What Writing Taught Me About Leading

by Deborah Burns
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I thought I knew everything about the world of work, and the leadership qualities that made it hum. After all, I spent a career as a creative marketer, championing and improving brands, motivating teams to find clever solutions, and inspiring people to think their way out of whatever box they were in.

Ultimately, as the Chief Innovation Officer for a global publishing giant—just in time for the death match between print magazines and their digital future—my company had to invent what was next if we were going to survive.

I needed to lead effectively more than ever before, and if I ever got stuck along the way, I just searched for answers. Leadership lessons are so plentiful, those two simple words produce an astonishing 273 million Google results. Whether through my own experience, or the experience of millions of others, anything anyone needs to know is out there for the learning. There seemed to be nothing missing, nothing new or original that could add any value.

Until now. When my industry was crumbling and needed to be reinvented, I thought it was the moment to also reinvent myself. Disruptive times call for such measures, and to move forward, I decided to look back at how a key relationship shaped my life. To my surprise, I ended writing, then publishing that story. But there was one more thing that astonished me.

Writing slowly revealed unexpected ideas about leadership that had been hidden from me until that point. When I authored that book, I suddenly saw that the creative writing process itself—and all its fundamentals and iterations—allowed me to make meaningful analogies to the business world.

There were five critical leadership lessons I discovered from the experience. Each one gets to the essence of people and ideas in order to make progress possible. Equally important, each lesson helps to uncover opportunities that exist only in the white space between things.

So, since life is a story, here’s a new twist that should enhance any leader’s performance:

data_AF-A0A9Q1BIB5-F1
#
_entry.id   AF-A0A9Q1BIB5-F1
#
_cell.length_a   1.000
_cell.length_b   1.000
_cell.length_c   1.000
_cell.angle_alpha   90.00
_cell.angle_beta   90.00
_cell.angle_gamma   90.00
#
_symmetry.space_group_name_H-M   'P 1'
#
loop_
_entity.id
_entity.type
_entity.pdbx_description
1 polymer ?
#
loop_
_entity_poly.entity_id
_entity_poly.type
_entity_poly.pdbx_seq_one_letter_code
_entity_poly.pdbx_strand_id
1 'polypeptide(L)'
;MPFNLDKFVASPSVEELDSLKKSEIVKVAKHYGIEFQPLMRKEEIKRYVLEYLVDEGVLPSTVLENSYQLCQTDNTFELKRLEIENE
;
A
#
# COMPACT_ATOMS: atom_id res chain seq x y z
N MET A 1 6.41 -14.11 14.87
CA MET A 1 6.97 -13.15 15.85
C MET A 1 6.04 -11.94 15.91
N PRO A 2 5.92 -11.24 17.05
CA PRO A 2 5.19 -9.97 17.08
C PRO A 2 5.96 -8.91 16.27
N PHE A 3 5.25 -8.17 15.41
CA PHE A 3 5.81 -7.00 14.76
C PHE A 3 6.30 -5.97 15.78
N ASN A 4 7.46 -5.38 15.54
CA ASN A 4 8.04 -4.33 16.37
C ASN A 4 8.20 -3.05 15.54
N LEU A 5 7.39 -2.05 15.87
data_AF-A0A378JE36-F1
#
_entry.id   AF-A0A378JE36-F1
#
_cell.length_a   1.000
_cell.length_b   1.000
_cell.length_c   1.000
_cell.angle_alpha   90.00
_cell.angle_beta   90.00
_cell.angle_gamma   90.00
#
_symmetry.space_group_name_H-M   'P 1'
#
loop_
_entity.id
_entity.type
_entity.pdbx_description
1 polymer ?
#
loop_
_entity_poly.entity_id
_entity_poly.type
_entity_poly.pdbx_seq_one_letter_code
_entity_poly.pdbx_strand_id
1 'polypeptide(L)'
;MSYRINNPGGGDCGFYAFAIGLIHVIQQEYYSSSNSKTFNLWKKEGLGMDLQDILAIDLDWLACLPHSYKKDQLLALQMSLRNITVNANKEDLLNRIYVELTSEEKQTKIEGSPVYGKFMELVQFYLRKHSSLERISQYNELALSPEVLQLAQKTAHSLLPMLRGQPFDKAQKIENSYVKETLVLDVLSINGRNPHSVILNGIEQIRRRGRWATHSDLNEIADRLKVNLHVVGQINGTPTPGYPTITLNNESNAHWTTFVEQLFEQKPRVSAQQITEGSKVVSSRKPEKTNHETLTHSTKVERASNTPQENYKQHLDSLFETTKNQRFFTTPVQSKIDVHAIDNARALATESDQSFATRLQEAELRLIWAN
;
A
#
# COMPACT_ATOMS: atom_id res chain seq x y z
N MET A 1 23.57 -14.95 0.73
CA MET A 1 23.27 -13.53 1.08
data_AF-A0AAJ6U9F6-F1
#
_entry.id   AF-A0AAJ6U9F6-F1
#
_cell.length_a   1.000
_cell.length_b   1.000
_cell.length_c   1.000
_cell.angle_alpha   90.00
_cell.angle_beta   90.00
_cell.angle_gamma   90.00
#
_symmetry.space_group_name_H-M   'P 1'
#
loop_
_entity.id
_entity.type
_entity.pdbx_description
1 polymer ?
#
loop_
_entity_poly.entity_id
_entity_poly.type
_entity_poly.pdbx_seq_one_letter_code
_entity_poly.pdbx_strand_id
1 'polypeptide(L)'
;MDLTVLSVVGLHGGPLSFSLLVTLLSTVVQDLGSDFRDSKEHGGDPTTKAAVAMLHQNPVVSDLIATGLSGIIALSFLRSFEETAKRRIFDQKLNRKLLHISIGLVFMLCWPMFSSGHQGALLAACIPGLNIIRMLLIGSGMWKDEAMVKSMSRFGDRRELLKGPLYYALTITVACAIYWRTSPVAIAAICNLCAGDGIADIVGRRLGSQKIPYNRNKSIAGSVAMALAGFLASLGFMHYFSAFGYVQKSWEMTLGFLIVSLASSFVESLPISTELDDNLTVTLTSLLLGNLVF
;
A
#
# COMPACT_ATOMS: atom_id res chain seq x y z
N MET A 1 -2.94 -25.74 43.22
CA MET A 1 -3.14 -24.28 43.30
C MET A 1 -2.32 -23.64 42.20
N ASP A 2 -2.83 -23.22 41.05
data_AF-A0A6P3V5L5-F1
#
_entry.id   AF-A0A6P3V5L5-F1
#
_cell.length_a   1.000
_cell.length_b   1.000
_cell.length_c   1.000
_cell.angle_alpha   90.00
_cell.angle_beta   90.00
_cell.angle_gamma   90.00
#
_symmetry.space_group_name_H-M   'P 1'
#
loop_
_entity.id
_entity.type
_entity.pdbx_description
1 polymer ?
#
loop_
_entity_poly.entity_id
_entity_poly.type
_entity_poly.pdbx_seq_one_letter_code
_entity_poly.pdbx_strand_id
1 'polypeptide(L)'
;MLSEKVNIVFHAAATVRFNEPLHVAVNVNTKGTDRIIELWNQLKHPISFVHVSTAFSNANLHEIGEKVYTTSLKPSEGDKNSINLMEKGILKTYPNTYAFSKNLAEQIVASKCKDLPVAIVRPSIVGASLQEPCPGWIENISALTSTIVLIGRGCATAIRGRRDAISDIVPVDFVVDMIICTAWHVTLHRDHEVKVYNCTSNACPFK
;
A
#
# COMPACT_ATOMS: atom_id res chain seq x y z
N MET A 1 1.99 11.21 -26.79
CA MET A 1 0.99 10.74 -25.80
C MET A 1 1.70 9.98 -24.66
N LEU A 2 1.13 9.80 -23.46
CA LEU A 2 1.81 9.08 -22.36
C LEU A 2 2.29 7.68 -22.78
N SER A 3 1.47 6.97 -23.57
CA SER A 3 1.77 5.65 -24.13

Embrace the Narrative Arc. A company or a team is nothing more than people with a collective quest—in a story arc of their own, and with a flow every leader must go with. The team’s “ordinary world” at work is always disrupted by some inciting incident that establishes the quest and, just as author Joseph Campbell’s codified in “The Hero’s Journey,” the team will experience ups-and-downs on the road to fulfillment. From Star Wars to the Wizard of Oz, every movie uses the same roadmap. Things will get worse, then worse again as obstacles abound. Then, suddenly, a glimmer of hope. And finally, there will be a new world full of evolution, growth, and redemption—in the work world, that translates into a successful solution.

Understand Your Characters. Be aware of team member’s perspective, perceptions, misperceptions, agendas, and motives. Human nature, nurture, and needs are the drivers of everything at work and in life, and unless you understand individual and group dynamics, you cannot lead as well as you might. So, tune-in, turn on your intuition, listen more to what is unsaid than said, and be an observer—just like a writer would.

Step into the Unknown. To solve any quest, you must step into the unknown because that’s where the new waits. But the unknown is just that, and it requires discovery, experimentation, and finessing. So, just like a book is, a project is all in the editing—get the first draft of any idea down. Then get feedback, collaborate, tweak, and revise until all the parts combine into a new whole.

Look Under Stones, but Pebbles and Rocks Too. A storyline has to be unpredictable and counter-intuitive to be interesting, and the answer a team seeks often is as well. So, make sure team members keep things interesting by being open to plot twists; that they look for the positives, the relatable, the analogous; and that they study something completely unrelated to then apply learnings to the task they have at hand.

Welcome Conflict. A story without conflict and obstacles and antagonists is a giant bore. And without those same three elements that are a part of every story, team results will be tepid and unproductive. Embrace healthy conflict and competition to yield the greatest outcomes; remember to shake hands with different personas and opinions to take the work higher.

Thinking like a writer will also shed light on what makes you you. Situations that challenged my childhood actually ended up making me the motivated, imaginative, agile, collaborative corporate leader I became. So, here’s one life lesson also inspired by the writing process:

Embrace Your Perceived Weaknesses. To be compelling at work or at home, every character must have imperfections and vulnerabilities—shadows, so to speak. So, know this: whatever you feel is a secret; whatever shames you, will probably turn out to be your greatest power (just like any protagonist in a novel).

As with the Japanese art of Kintsugi—where broken pottery is repaired with gold to make the cracks beautifully visible and essential to the piece’s story—the threads of my past were indeed golden and filled the chips to create a new whole. And those cracks have illuminated, enhanced, and eased my forward path.

So, my advice? Know thyself, and use everything that has come before to your advantage.

Think like a writer, and you’ll lead like a winner.

Deborah Burns
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